Seattle’s Greenwood Walrus Tavern

Walrus Tavern, Greenwood Avenue North 1971, Seattle, WA

 

One of our mainstays for live music in the early 70’s was the Walrus Tavern about 85th NE and Greenwood Ave in Seattle.  A bunch of us would go to school all day at the University of Washington and put in several hours at KCMU FM Radio which we helped to found in 1971-72.  Of course, KCMU FM later morphed into KEXP FM in Seattle.  But that’s another story and article on this website you can find under the Birth of KCMU FM, or “Congratulations, It’s A Radio Station”!

The Walrus always had great music; both local bands and name acts.   I remember hearing Albert Collins (the incredible blues artist), the Hoodoo Rhythm Devils and others like John Lee Hooker that I didn’t hear.    You can actually hear one of John Lee Hooker’s performances at the Walrus if you go to Youtube.  We also loved the local group “Lance Romance” and many more.  The Walrus just rocked with a good sized dance floor which allowed us to all get out there and circle dance together or whatever else we wanted to do.  Shows were often kicked off by some of the local more folk type acts.  Many times we were entertained by Jim Page who would end his couple of songs and then get down in the crowd to pass the hat and earn a few dollars.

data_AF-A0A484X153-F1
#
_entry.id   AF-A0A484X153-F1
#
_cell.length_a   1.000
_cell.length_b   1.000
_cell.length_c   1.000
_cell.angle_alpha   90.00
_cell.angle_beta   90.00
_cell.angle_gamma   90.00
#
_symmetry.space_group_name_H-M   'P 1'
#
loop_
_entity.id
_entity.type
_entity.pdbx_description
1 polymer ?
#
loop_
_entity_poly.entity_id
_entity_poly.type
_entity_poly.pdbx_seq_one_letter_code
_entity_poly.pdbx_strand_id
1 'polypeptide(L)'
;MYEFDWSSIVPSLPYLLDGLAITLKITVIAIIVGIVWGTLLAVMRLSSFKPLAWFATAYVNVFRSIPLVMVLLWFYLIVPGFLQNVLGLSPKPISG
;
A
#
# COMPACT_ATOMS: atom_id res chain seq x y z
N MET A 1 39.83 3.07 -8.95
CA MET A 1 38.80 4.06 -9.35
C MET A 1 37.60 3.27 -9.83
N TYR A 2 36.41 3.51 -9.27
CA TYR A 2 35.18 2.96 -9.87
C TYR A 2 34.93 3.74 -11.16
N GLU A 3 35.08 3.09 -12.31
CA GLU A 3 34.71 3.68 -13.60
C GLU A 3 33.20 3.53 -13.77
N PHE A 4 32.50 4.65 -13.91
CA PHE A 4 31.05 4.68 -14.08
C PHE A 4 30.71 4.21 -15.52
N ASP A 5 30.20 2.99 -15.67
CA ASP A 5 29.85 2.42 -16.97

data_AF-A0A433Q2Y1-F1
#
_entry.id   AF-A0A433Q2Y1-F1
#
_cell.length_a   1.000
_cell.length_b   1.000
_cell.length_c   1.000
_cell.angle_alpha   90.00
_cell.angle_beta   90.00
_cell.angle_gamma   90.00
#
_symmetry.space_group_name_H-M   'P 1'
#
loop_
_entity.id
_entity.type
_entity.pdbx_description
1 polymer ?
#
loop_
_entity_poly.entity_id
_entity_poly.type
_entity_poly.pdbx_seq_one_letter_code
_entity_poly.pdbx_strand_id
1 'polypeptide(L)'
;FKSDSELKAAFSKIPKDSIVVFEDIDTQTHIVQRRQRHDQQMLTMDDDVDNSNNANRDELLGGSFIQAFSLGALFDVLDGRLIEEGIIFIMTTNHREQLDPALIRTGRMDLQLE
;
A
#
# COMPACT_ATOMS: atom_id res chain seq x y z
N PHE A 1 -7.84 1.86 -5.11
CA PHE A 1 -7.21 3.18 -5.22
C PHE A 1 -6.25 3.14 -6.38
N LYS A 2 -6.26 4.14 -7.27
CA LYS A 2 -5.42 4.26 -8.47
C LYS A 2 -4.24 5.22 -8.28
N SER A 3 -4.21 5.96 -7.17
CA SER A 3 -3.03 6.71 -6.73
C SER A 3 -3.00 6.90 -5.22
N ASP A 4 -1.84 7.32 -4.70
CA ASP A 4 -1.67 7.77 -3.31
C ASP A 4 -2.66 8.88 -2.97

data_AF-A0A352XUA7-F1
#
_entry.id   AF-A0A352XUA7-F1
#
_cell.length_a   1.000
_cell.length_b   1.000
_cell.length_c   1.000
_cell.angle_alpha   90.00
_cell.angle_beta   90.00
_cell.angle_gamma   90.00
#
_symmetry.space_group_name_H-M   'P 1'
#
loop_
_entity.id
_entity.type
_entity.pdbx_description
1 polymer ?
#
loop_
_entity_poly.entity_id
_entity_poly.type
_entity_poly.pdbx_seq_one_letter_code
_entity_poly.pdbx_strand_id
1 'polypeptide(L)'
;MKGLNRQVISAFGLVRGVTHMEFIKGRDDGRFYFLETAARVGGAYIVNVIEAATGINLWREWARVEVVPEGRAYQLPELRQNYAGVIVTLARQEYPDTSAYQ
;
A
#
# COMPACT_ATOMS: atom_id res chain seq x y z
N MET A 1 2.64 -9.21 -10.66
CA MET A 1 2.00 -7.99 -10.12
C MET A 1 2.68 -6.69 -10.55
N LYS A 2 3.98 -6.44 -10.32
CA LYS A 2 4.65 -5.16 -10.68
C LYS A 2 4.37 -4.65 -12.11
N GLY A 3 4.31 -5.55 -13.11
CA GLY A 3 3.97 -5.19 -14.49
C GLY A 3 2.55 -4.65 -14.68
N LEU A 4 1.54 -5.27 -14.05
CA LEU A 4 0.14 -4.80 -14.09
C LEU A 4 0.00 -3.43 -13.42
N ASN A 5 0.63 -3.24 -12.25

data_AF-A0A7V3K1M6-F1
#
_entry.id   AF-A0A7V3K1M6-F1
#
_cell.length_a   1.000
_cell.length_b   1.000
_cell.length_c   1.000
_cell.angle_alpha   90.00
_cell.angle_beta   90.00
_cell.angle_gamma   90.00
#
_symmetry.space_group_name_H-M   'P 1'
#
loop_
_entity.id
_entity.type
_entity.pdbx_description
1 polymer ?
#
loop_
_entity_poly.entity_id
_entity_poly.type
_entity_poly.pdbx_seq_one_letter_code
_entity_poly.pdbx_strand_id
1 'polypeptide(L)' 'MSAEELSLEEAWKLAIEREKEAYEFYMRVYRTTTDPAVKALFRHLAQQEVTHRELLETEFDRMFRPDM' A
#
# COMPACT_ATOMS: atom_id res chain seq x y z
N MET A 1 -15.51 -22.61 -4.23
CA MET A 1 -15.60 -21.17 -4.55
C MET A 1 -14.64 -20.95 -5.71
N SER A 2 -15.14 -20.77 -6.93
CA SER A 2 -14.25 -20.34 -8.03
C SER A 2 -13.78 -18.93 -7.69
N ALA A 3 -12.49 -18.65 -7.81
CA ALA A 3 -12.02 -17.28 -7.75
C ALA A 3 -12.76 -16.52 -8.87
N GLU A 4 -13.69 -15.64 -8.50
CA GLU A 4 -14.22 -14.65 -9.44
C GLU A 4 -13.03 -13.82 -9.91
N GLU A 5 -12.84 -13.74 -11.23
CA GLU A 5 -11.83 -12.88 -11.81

I listened to Albert Collins at The Walrus in about 1972 with my friend, John Duff.  For some reason, we decided to enjoy the show in the balcony.  Every show was always accompanied with a little good beer and lots of other live music enthusiasts.  A highlight for me was when Albert came up with the lyric “I got up this morning and poured coffee all over my Head”.  I’m sure he was just trying to see if there was anyone listening out in the audience. 

The Walrus burned down and an open space was created at the original location next to Naked City Brewery and Taphouse where people can go outside and enjoy their beer and food.  The open space is simply called The Walrus Beer Garden.   Cheers to a wonderful venue and some great memories.